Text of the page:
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Publication numberUS4080262 A
Publication typeGrant
Application numberUS 05/762,893
Publication dateMar 21, 1978
Filing dateJan 26, 1977
Priority dateJul 11, 1974
Publication number05762893, 762893, US 4080262 A, US 4080262A, US-A-4080262, US4080262 A, US4080262A
InventorsKlaus Beaucamp, Helmut Lill
Original AssigneeBoehringer Mannheim Gmbh
Export CitationBiBTeX, EndNote, RefMan
External Links: USPTO, USPTO Assignment, Espacenet
Protein extracted from yeast, trichloroacetic acid, precipitation
US 4080262 A
Abstract
Enzymes, particularly labile enzymes, and most particularly microorganism derived labile enzymes, are stabilized by adding thereto a stabilizing agent comprising a protein fraction obtained by extracting yeast with water at 80 to 100 C., mixing the clear extract with 5 - 20% wt./vol. trichloracetic acid and separating the precipitate obtained.
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Claims(9)
What is claimed is:
1. Stabilizing agent for labile enzymes comprising a precipitated protein fraction of yeast extracted with water at 80 to 100 C. and mixed with 5 to 20% wt./vol. trichloroacetic acid.
2. Stabilizing agent as claimed in claim 1 in the form of a solution having a pH value of about 5.
3. Stabilizing agent as claimed in claim 2 wherein said solution has a protein content of from 5 to 200 mg/ml.
4. Stabilized enzyme composition comprising a labile enzyme and a stabilizing agent as claimed in claim 1.
5. Stabilized enzyme composition comprising a labile enzyme and a stabilizing agent as claimed in claim 2.
6. Stabilized enzyme composition comprising a labile enzyme and a stabilizing agent as claimed in claim 3.
7. Process for the preparation of a stabilizing agent as claimed in claim 1 which process comprises extracting yeast waste with water at a temperature of 80 to 100 C., mixing the clear extract obtained with 5 to 20% wt./vol. trichloroacetic acid, separating off the precipitate comprising the stabilizing agent.
8. Process claimed in claim 7 further comprising dissolving the said precipitate in water at a substantially neutral pH, subjecting the resultant solution to a fractional ethanol precipitation, recovering the precipitate obtained with from 45 to 90% ethanol, taking up said precipitate in a buffer with a substantially neutral pH and dializing said precipitate against said buffer.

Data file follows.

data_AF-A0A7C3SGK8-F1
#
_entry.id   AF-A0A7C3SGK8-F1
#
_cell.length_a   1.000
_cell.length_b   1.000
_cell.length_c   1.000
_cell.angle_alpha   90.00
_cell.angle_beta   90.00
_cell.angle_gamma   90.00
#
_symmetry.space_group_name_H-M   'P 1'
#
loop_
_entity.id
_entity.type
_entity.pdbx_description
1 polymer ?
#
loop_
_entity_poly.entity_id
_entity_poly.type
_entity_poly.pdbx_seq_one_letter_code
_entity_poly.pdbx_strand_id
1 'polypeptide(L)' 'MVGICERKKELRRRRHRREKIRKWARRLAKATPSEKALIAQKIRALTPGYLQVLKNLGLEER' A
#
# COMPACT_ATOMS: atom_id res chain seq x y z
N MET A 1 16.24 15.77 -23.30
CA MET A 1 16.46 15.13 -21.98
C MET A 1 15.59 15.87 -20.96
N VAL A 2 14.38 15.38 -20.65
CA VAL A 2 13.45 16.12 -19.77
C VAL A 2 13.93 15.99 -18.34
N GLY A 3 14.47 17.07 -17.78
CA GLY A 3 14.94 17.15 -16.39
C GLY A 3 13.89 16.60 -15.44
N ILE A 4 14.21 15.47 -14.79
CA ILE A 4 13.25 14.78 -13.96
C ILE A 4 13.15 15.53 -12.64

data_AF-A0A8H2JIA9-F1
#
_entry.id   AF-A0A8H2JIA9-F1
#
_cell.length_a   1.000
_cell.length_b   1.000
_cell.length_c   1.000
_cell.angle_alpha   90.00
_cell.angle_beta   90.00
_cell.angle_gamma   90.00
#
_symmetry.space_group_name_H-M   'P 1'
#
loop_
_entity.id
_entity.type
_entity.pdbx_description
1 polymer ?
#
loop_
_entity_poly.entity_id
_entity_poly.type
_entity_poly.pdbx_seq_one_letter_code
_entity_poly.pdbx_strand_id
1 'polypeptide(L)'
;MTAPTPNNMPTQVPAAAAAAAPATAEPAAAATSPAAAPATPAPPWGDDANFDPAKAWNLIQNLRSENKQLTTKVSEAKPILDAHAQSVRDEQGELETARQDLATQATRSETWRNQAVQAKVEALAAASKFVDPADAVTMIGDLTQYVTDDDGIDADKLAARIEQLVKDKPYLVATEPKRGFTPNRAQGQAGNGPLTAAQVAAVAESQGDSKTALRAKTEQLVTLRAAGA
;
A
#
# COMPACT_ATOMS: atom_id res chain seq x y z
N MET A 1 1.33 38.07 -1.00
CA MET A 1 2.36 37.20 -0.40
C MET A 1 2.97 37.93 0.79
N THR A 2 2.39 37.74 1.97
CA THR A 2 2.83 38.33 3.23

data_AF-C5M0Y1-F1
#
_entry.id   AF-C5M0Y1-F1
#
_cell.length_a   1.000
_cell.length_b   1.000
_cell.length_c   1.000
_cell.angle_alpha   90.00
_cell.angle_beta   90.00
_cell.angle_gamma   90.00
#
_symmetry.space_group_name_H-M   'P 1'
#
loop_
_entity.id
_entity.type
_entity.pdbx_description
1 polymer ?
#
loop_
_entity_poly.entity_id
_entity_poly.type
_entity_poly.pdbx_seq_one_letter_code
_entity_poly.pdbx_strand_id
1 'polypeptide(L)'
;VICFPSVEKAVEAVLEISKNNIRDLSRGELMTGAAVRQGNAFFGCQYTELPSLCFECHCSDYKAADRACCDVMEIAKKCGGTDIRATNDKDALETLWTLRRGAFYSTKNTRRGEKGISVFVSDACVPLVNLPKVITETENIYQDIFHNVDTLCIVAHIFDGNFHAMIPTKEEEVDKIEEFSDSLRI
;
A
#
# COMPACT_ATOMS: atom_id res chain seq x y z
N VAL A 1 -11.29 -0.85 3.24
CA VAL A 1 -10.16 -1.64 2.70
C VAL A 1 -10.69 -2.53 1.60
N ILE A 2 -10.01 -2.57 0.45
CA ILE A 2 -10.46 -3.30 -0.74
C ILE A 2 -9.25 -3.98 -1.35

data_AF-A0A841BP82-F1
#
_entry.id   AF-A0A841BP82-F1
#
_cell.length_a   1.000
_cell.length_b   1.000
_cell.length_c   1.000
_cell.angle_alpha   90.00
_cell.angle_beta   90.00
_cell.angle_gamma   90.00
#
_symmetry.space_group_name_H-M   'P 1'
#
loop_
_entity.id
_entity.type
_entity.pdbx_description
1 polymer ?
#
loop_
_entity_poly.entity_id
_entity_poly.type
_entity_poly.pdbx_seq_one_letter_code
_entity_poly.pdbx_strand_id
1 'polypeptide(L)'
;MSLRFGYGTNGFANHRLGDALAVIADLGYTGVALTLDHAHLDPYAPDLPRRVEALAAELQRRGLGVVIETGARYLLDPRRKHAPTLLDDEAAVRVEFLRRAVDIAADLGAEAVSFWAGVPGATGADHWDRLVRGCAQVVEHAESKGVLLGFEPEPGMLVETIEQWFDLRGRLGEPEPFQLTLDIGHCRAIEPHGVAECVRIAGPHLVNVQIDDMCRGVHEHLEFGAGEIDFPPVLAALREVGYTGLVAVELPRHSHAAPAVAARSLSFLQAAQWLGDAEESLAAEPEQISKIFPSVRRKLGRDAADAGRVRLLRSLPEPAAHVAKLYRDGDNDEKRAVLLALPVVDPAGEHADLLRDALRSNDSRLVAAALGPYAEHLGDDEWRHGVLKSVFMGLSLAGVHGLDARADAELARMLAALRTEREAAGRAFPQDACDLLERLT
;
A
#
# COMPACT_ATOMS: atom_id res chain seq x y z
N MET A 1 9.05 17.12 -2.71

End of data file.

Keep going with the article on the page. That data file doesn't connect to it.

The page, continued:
9. Process as claimed in claim 8 wherein the dialized solution is subjected to chromatographic purification.
Description

This is a continuation in part of application Ser. No. 645,113 filed Dec. 29, 1975 now abandoned.

This invention relates to a stabilizing agent for enzymes, particularly for labile enzymes.

Enzymes are of increasing importance in analytical processes, as well as in preparative chemistry. However, their main advantage of being extraordinary specifically effective as biocatalysts is countered by the disadvantage of great sensitivity. Because of this instability, many enzymes cannot be used at all for technical or analytical purposes and other enzymes can, because of their instability, only be obtained in such poor yields that the high costs of obtaining them severely restricts their technical use.

Admittedly, numerous stabilizing agents have already been found but many of them are only effective for particular enzymes. For example, it is known that SH group-containing enzymes, the inactivation of which is due to an oxidation of the SH group, are stabilized by the addition of SH groupcontaining stabilizers. Another known stabilizing agent for enzymes is polyvinyl-pyrrolidone. However, for a whole series of enzymes, hitherto no sufficiently effective stabilizing agents have been found.

The present invention provides a stabilizing agent which is especially suitable for labile enzymes and particularly for those which frequently occur in micro-organisms.

The stabilizing agent of the present invention comprises a protein fraction obtainable by the extraction of yeast with water at a temperature of about 80 to 100 C., mixing the clear extract with 5 - 20% wt./vol. trichloroacetic acid and separation of the precipitate obtained.

The stabilizing agent according to the present invention, which, as mentioned above, can be obtained from yeast and especially from bakers' yeast, has a proteinaceous nature and is especially stable towards the action of heat and acids. Thus, for example, the stabilizing protein fraction according to the present invention can be boiled for 30 to 60 minutes, precipitated with strong protein-precipitating acids and treated with organic solvents without its stabilizing properties thereby being lost.

The stabilizing agent according to the present invention is capable of stabilizing not only purified, crystallized enzymes but also crude enzymes. Consequently, it can be added not only to a purified enzyme preparation for the improvement of its storage stability but can also be added during the working up of enzyme-containing raw materials in order to prevent or reduce losses of the desired enzymes during the purification thereof.